No one has an absolute right to do things in the privacy of his own home which will affect himself or others adversely. Const. art. 1, § 22; U.S.C.A. Const. Amend. 4.
Right of privacy in home is limited in that possession of substances is guaranteed only for purely private, noncommercial use in home. Const. art. 1, § 22; U.S.C.A. Const. Amend. 4.
In determining validity of legislative proscription of possession of marijuana, it is not function of court to reassess scientific evidence in the manner of a legislature.
State cannot impose its own notions of morality, propriety, or fashion on individuals when the public has no legitimate interest in the affairs of those individuals.
The right of an individual to do as he pleases is not absolute and it can be made to yield when it begins to infringe on the rights and welfare of others.
Authority of state to control activities of its citizens is not limited to activities which have a present and immediate impact on public health or welfare.
State is under no obligation to allow otherwise "private" activity which will result in numbers of people becoming public charges or otherwise burdening the public welfare.
17. Health and
Statutes designed to protect the public health will receive a liberal construction.
18. Health and
There is a presumption in favor of public health measures.
19. Health and
When there is substantial doubt as to safety of a given substance or situation of public health, controls intended to obviate the danger will usually be upheld.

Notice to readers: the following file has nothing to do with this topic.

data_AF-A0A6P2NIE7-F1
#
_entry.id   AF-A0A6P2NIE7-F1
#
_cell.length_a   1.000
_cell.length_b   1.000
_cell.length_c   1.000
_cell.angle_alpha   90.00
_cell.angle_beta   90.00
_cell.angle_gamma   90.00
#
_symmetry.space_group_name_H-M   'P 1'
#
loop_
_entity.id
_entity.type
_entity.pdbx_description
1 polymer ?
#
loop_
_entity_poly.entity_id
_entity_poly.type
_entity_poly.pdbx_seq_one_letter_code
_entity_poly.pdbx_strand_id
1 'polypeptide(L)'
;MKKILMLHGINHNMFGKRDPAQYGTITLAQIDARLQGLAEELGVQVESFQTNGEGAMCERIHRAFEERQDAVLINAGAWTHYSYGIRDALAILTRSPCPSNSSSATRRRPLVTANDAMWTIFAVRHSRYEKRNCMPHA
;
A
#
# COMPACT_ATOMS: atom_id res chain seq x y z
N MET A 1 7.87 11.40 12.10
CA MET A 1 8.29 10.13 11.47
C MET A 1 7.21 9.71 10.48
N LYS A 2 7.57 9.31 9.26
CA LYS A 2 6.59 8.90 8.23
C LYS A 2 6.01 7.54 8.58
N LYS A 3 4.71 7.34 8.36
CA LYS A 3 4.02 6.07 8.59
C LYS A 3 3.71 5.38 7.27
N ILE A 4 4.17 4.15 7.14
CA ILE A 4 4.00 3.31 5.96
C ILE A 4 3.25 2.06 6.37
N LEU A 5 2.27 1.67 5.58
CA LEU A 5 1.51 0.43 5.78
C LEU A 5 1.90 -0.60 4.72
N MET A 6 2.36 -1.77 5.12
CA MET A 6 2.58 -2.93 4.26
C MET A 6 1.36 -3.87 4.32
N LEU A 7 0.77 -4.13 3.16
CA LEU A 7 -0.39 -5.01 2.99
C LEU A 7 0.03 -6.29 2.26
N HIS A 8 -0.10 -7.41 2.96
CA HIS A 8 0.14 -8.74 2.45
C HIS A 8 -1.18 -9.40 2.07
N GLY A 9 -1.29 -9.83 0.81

20. Automobiles 332
Need for control of drivers under influence of marijuana and existing doubts as to safety of marijuana demonstrate a sufficient justification for statutory proscription of possession of marijuana; and thus an individual's right to possess or ingest marijuana while driving is subject to statute proscribing possession of marijuana. AS 05.25.060, 17.12.010, 17.12.150, 28.35.030; Const. art. 1, § 22; U.S.C.A.Const. Amends. 1, 14.
21. Drugs and
No adequate justification exists for State's intrusion into citizen's right of privacy by its prohibition of possession of marijuana by an adult for personal consumption in home, and thus possession of marijuana by adults at home for personal use is constitutionally protected. AS 17.12.010, 17.12.l50; Const art. 1, § 22; U.S.C.A. Const. Amends. 1, 4, 14.
Privacy of individual's home cannot be breached absent a persuasive showing of a close and substantial relationship of the intrusion to a legitimate governmental interest.
23. Drugs and
Narcotics 62, 68
Neither federal nor Alaska Constitution affords protection for the buying or selling of marijuana, nor absolute protection for its use or possession in public. AS 17.12.010, 17.12.150; Const. art. 1, § 22; U.S.C.A. Const. Amends. 1, 4, 14.
24. Drugs and
Possession at home of amounts of marijuana indicative of intent to sell rather than possession for personal use is unprotected. AS 17.12.010, 17.12.150; Const. art. 1, § 22, U.S.C.A. Const. Amends. 1, 4, 14.
Drugs and Narcotics 43
Statute proscribing possession of marijuana is not violative of equal protection on ground that other commonly used recreational drugs, such as alcohol and tobacco, are not proscribed, even though they may inflict more damage on user than does marijuana. AS 17.12.010, 17.12.150;
Const. art. 1, § 22; U.S.C.A. Const. Amend. 1, 14.
26. Health and
It is not irrational for legislature to regulate those public health areas where it can do so, when other areas exist where controls are less feasible.
27. Drugs and
Fact that marijuana may be the least harmful of drugs covered by statute proscribing possession is not alone sufficient to make classification of marijuana with other drugs covered irrational. AS 17.10.010 et seq., 17.12.010, 17.12.150(3); U.S.C.A. Const. Amends. 1, 14.
Wisdom of statute proscribing possession of marijuana was for legislature, rather than judiciary. AS 17.10.010 et seq., 17.12.010, 17.12.l50(3).